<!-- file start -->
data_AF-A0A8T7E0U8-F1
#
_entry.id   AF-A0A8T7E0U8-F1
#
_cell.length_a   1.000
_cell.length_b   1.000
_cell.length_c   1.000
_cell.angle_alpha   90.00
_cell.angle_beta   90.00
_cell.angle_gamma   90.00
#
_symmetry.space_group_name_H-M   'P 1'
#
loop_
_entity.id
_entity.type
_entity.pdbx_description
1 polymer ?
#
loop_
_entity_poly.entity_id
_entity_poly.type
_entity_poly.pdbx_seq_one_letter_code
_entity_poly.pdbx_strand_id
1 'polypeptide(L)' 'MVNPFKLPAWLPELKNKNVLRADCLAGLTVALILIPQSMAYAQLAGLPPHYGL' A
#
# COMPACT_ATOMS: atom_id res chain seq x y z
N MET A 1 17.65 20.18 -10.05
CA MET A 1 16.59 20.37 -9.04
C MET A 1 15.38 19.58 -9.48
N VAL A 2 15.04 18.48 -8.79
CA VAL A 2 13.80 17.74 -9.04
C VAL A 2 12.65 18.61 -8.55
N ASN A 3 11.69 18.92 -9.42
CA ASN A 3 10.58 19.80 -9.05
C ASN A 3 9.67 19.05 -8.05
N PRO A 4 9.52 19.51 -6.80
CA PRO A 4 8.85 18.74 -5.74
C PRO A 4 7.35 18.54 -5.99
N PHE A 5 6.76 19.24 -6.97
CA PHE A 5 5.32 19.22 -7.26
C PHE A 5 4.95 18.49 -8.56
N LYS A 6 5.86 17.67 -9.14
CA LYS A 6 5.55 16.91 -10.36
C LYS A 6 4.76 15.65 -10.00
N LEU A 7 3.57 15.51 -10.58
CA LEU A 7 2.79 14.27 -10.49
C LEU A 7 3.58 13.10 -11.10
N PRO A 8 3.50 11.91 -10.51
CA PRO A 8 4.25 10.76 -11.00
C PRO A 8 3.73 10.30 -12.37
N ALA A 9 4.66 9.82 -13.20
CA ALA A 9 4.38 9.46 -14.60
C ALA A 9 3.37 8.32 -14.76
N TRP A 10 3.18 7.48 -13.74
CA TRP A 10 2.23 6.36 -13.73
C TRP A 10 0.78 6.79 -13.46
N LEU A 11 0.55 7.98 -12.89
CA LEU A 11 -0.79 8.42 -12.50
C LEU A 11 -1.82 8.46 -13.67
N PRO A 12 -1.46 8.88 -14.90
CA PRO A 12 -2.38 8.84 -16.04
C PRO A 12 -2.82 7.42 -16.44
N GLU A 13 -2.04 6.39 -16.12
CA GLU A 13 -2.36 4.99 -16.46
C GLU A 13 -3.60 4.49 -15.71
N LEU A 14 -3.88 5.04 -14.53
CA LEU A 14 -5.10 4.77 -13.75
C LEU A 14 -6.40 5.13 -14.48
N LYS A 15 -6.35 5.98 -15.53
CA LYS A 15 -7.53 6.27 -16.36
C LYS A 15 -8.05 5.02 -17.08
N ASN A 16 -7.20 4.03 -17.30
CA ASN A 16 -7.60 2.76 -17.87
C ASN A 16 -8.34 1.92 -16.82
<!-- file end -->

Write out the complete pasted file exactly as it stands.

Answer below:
data_AF-A0A8T7E0U8-F1
#
_entry.id   AF-A0A8T7E0U8-F1
#
_cell.length_a   1.000
_cell.length_b   1.000
_cell.length_c   1.000
_cell.angle_alpha   90.00
_cell.angle_beta   90.00
_cell.angle_gamma   90.00
#
_symmetry.space_group_name_H-M   'P 1'
#
loop_
_entity.id
_entity.type
_entity.pdbx_description
1 polymer ?
#
loop_
_entity_poly.entity_id
_entity_poly.type
_entity_poly.pdbx_seq_one_letter_code
_entity_poly.pdbx_strand_id
1 'polypeptide(L)' 'MVNPFKLPAWLPELKNKNVLRADCLAGLTVALILIPQSMAYAQLAGLPPHYGL' A
#
# COMPACT_ATOMS: atom_id res chain seq x y z
N MET A 1 17.65 20.18 -10.05
CA MET A 1 16.59 20.37 -9.04
C MET A 1 15.38 19.58 -9.48
N VAL A 2 15.04 18.48 -8.79
CA VAL A 2 13.80 17.74 -9.04
C VAL A 2 12.65 18.61 -8.55
N ASN A 3 11.69 18.92 -9.42
CA ASN A 3 10.58 19.80 -9.05
C ASN A 3 9.67 19.05 -8.05
N PRO A 4 9.52 19.51 -6.80
CA PRO A 4 8.85 18.74 -5.74
C PRO A 4 7.35 18.54 -5.99
N PHE A 5 6.76 19.24 -6.97
CA PHE A 5 5.32 19.22 -7.26
C PHE A 5 4.95 18.49 -8.56
N LYS A 6 5.86 17.67 -9.14
CA LYS A 6 5.55 16.91 -10.36
C LYS A 6 4.76 15.65 -10.00
N LEU A 7 3.57 15.51 -10.58
CA LEU A 7 2.79 14.27 -10.49
C LEU A 7 3.58 13.10 -11.10
N PRO A 8 3.50 11.91 -10.51
CA PRO A 8 4.25 10.76 -11.00
C PRO A 8 3.73 10.30 -12.37
N ALA A 9 4.66 9.82 -13.20
CA ALA A 9 4.38 9.46 -14.60
C ALA A 9 3.37 8.32 -14.76
N TRP A 10 3.18 7.48 -13.74
CA TRP A 10 2.23 6.36 -13.73
C TRP A 10 0.78 6.79 -13.46
N LEU A 11 0.55 7.98 -12.89
CA LEU A 11 -0.79 8.42 -12.50
C LEU A 11 -1.82 8.46 -13.67
N PRO A 12 -1.46 8.88 -14.90
CA PRO A 12 -2.38 8.84 -16.04
C PRO A 12 -2.82 7.42 -16.44
N GLU A 13 -2.04 6.39 -16.12
CA GLU A 13 -2.36 4.99 -16.46
C GLU A 13 -3.60 4.49 -15.71
N LEU A 14 -3.88 5.04 -14.53
CA LEU A 14 -5.10 4.77 -13.75
C LEU A 14 -6.40 5.13 -14.48
N LYS A 15 -6.35 5.98 -15.53
CA LYS A 15 -7.53 6.27 -16.36
C LYS A 15 -8.05 5.02 -17.08
N ASN A 16 -7.20 4.03 -17.30
CA ASN A 16 -7.60 2.76 -17.87
C ASN A 16 -8.34 1.92 -16.82